Cash for Clunkers

THB Photo/Aaron Piper 8/10/09 News Neal Graham, right, stands with Brian Woods, and his son, Alex Woods and daughter, Abby Woods, in front of the their old clunker they traded in for the Woods' new Toyota Tacoma, as part of Ed Martin Toyota's Cash for Clunker event.

ELWOOD — Though the federal Cash for Clunkers initiative seems to have accomplished its goal of getting gas-guzzling vehicles off the road and moving new car inventory, some local dealerships are feeling the stress of dealing with the paperwork-heavy program.

It took salespeople at Kutche Chevrolet-Pontiac-Buick and Chrysler-Jeep-Dodge in Elwood three to four hours to file some ‘clunker’ deals in the computer, owner Jerry Kutche said.

“It’s an extraordinary amount of paperwork,” he said. “You’d get it almost done and it would kick you off.”

Ed Martin Chevrolet-Cadillac and Toyota-Scion General Manager Derek Manis said the federal government was picky when deciding whether to approve the clunker deals submitted by car dealers looking to be reimbursed for the $3,500 to $4,500 offered to customers who traded in their inefficient vehicles for new ones.

“It’s just bittersweet,” he said. “It’s great selling the additional cars, but there is just so much paperwork involved. You’ve got a lot more time invested in each clunker deal than you do a regular car sale.”

Markleville resident Brian Woods took advantage of the Cash for Clunkers program to trade in his 15-year-old Dodge Dakota pickup for a new Toyota Tacoma truck. He said the program inspired him to make the trade; otherwise he planned on repairing the old truck.

“It was needing some repairs and this and that,” Woods said. “The value wasn’t actually worth what the program was willing to offer. It was kind of a no-brainer, really.”

Woods said trading in the vehicle under the program was nearly just as easy as buying a new car without the incentive.

“It didn’t really take that long,” he said. “(The Cash for Clunkers part) took minimal time compared to everything else that goes with buying a new car.”

Anderson’s Ed Martin dealership has seen more clunker deals denied for various reasons than it has been reimbursed for. Manis said sometimes deals were denied by the federal government simply because a customer’s driver’s license copy wasn’t neat enough or their old vehicle registrations were printed off the Internet rather than original copies.

“They’re declining them for reasons that we couldn’t even guess they would decline them for,” Manis said. “We jumped head first into the program thinking we had everything.”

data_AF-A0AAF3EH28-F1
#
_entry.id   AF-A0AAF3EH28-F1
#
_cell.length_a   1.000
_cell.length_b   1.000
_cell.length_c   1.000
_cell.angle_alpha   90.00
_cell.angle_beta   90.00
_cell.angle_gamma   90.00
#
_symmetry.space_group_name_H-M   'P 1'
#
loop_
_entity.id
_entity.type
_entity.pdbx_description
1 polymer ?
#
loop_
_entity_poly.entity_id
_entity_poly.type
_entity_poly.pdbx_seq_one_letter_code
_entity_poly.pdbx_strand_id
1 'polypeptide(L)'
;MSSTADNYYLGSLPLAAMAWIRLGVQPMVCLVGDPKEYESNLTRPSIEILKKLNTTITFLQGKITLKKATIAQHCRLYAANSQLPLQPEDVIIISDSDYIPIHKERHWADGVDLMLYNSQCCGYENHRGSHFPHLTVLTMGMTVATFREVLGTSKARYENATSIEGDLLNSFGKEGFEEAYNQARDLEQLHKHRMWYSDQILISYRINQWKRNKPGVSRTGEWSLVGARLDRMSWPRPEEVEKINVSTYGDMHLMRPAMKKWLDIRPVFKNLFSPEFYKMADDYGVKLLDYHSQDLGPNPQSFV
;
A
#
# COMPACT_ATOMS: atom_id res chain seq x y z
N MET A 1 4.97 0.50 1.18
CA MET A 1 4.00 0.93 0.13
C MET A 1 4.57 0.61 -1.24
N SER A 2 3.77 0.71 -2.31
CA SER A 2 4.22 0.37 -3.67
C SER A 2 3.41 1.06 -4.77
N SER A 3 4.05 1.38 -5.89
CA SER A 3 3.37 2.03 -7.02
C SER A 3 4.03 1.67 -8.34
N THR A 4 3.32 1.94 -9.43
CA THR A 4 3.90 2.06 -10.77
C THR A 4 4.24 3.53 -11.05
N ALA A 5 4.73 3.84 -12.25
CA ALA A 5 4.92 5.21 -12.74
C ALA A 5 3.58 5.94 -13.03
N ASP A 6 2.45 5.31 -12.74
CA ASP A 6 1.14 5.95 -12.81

Although most of the issues with denied rebates can be resolved fairly easily, the hoops through which car dealers have to jump to get their rebates add hassle to the program that was designed to help them, Manis said.

Out of Ed Martin’s 71 clunker deals, a few have been reimbursed so far.

“We’re going to do what they asked,” Manis said. “We’ll get our money, it’s just going to be a little more painful.”

Kutche said his dealership hasn’t yet seen a dime of reimbursement from the 15 clunker deals it has done.

“Sure, it’s moved some inventory, but it’s also been a drain on cash,” he said. “I just wait every day for them to approve it.”

Kutche still thinks the program is beneficial for car buyers.

“The program is a good program,” he said. “It’s getting some older cars off the road; it’s increasing the overall fuel economy as far as the cars that are on the road. It’s a good deal for somebody driving around in a clunker.

“(The government) should have made it a 100 percent tax credit.”

As some car dealers nationwide have complained the clunkers program has drained their inventory — especially of small, fuel-efficient vehicles — Manis said Ed Martin had gotten low on some of its most popular vehicles, such as the Toyota Prius, Corolla, Yaris, Camry and Rav-4, but a daily shipment of new cars has kept the dealer from running out completely.

What has been drained at Ed Martin, however, is manpower thanks to the clunkers program.

“Our level of service has declined,” Manis said. “We’re not staffed for the influx of customers that are coming in. Everybody’s working extra hard; it’s just so extremely difficult to keep up.”

Many dealers saw an initial flood of people when the program started, which now has slowed to a trickle in some areas. Manis said on Aug. 1, Ed Martin sold 13 vehicles, nine of which were clunker deals. Saturday, it sold nine vehicles, two of which were clunker trades.

The first $1 billion allocated to the program ran out within about a week. President Barack Obama approved another $2 billion for the program on Friday, sustaining it through Labor Day.

Kutche said if the National Auto Dealers Association had not taken a poll of car dealers six days after the program began, Congress might not have known the initial money was drying up.

Although the flow of clunker traders has slowed, automakers continue to offer factory rebates that, coupled with the clunker rebate, give more incentive for customers to buy new cars.

Kutche said Chrysler and General Motors’ rebates had helped him sell popular Chevrolet Cobalts, Pontiac G5s, Chrysler Sebrings and Dodge Avengers and Calibers.

Manis said Ed Martin had done well locally throughout the economic downturn and he has hopes the dealership won’t suffer after the clunkers program ends.

“I have some initial fears that with all these deals that we are robbing from the future,” he said. “These are all people that were eventually going to trade in these cars.”



Contact Aleasha Sandley: 640-4805, aleasha.sandley@heraldbulletin.com.

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